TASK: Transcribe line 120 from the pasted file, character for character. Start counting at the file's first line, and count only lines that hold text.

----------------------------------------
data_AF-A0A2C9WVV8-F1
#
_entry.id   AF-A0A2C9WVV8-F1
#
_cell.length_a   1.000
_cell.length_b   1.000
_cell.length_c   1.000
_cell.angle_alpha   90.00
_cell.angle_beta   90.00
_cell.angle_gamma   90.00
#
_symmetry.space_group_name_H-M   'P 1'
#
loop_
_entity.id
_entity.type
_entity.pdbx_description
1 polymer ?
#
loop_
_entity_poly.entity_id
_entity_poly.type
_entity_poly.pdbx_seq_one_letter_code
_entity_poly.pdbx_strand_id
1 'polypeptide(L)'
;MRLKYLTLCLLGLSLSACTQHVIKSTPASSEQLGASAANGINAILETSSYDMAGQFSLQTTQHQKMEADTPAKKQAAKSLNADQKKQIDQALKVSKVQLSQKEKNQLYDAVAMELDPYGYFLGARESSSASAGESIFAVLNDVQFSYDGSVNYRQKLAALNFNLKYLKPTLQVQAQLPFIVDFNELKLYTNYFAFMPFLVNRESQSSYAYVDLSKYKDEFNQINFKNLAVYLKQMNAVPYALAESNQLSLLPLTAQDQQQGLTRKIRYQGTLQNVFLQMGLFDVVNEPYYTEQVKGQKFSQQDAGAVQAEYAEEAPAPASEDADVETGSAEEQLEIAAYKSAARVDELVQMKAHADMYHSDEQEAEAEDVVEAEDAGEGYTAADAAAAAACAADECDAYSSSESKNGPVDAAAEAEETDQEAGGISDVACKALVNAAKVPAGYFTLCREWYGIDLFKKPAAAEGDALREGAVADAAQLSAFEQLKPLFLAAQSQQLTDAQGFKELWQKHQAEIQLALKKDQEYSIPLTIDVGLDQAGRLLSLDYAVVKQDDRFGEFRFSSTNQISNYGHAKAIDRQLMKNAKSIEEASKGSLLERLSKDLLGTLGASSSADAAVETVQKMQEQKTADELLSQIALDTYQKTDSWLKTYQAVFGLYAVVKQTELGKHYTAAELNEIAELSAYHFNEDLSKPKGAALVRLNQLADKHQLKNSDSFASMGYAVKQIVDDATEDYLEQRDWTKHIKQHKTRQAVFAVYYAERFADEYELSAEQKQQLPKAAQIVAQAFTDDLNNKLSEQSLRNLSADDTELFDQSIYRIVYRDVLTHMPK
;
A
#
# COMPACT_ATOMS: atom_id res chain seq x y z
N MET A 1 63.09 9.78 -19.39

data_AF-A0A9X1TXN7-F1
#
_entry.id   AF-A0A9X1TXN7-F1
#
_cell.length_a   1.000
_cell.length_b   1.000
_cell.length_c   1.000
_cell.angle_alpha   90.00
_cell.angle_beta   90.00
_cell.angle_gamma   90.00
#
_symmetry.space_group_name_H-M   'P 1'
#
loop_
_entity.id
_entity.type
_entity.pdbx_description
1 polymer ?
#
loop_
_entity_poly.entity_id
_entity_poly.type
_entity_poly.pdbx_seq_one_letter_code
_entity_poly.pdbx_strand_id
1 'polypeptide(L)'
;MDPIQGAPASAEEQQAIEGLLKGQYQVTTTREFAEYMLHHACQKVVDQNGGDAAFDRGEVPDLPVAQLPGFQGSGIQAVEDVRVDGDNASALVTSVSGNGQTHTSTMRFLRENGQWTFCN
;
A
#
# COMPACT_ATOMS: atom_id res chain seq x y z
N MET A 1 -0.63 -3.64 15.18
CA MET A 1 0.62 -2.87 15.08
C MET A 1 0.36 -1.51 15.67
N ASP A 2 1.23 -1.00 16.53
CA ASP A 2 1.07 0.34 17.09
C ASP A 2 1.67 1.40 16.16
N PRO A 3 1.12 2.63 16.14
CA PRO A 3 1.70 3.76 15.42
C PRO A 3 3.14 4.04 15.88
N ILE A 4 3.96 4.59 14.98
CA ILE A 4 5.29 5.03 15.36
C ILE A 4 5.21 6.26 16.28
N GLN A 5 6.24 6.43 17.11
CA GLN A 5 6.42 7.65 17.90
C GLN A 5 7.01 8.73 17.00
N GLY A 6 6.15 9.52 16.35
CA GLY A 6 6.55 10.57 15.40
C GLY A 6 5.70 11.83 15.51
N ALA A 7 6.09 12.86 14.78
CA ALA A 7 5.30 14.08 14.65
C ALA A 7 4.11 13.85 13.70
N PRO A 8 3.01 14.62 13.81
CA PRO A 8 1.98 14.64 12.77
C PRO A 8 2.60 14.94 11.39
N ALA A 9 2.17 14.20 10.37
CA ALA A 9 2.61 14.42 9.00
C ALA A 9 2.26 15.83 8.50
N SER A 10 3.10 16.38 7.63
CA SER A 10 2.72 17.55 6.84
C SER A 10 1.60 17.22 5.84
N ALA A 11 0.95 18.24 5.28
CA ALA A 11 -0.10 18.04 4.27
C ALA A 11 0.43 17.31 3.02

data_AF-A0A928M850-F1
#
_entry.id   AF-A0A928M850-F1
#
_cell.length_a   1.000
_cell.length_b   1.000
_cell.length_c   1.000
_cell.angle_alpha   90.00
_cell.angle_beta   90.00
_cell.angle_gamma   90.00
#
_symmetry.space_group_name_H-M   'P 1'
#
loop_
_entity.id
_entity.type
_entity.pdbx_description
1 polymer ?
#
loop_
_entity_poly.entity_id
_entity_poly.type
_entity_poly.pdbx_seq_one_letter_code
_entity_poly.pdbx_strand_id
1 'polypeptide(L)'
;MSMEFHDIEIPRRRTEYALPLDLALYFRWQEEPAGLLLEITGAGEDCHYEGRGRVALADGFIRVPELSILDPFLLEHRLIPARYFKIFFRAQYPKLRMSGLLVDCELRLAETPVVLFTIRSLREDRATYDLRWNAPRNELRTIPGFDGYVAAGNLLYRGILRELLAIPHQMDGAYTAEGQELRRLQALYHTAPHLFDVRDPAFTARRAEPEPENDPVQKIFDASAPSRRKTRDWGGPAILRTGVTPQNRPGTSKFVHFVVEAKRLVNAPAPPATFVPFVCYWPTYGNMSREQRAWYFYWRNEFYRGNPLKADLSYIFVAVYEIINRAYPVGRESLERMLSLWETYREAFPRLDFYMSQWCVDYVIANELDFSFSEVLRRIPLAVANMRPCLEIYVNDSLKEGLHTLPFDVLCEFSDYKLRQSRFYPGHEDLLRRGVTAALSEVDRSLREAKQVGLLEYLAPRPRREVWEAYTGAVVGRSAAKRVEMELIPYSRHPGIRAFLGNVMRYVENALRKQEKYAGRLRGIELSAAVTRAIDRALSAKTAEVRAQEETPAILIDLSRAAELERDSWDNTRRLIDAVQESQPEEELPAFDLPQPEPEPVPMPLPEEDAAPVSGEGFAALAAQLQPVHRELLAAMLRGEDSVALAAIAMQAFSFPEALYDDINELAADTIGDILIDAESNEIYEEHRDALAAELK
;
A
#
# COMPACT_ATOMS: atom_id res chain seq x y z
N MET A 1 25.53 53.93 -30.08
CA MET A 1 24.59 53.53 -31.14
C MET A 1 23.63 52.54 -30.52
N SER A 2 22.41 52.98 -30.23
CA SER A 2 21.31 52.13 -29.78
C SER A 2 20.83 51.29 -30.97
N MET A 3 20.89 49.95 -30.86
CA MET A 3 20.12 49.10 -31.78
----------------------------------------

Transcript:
;MSMEFHDIEIPRRRTEYALPLDLALYFRWQEEPAGLLLEITGAGEDCHYEGRGRVALADGFIRVPELSILDPFLLEHRLIPARYFKIFFRAQYPKLRMSGLLVDCELRLAETPVVLFTIRSLREDRATYDLRWNAPRNELRTIPGFDGYVAAGNLLYRGILRELLAIPHQMDGAYTAEGQELRRLQALYHTAPHLFDVRDPAFTARRAEPEPENDPVQKIFDASAPSRRKTRDWGGPAILRTGVTPQNRPGTSKFVHFVVEAKRLVNAPAPPATFVPFVCYWPTYGNMSREQRAWYFYWRNEFYRGNPLKADLSYIFVAVYEIINRAYPVGRESLERMLSLWETYREAFPRLDFYMSQWCVDYVIANELDFSFSEVLRRIPLAVANMRPCLEIYVNDSLKEGLHTLPFDVLCEFSDYKLRQSRFYPGHEDLLRRGVTAALSEVDRSLREAKQVGLLEYLAPRPRREVWEAYTGAVVGRSAAKRVEMELIPYSRHPGIRAFLGNVMRYVENALRKQEKYAGRLRGIELSAAVTRAIDRALSAKTAEVRAQEETPAILIDLSRAAELERDSWDNTRRLIDAVQESQPEEELPAFDLPQPEPEPVPMPLPEEDAAPVSGEGFAALAAQLQPVHRELLAAMLRGEDSVALAAIAMQAFSFPEALYDDINELAADTIGDILIDAESNEIYEEHRDALAAELK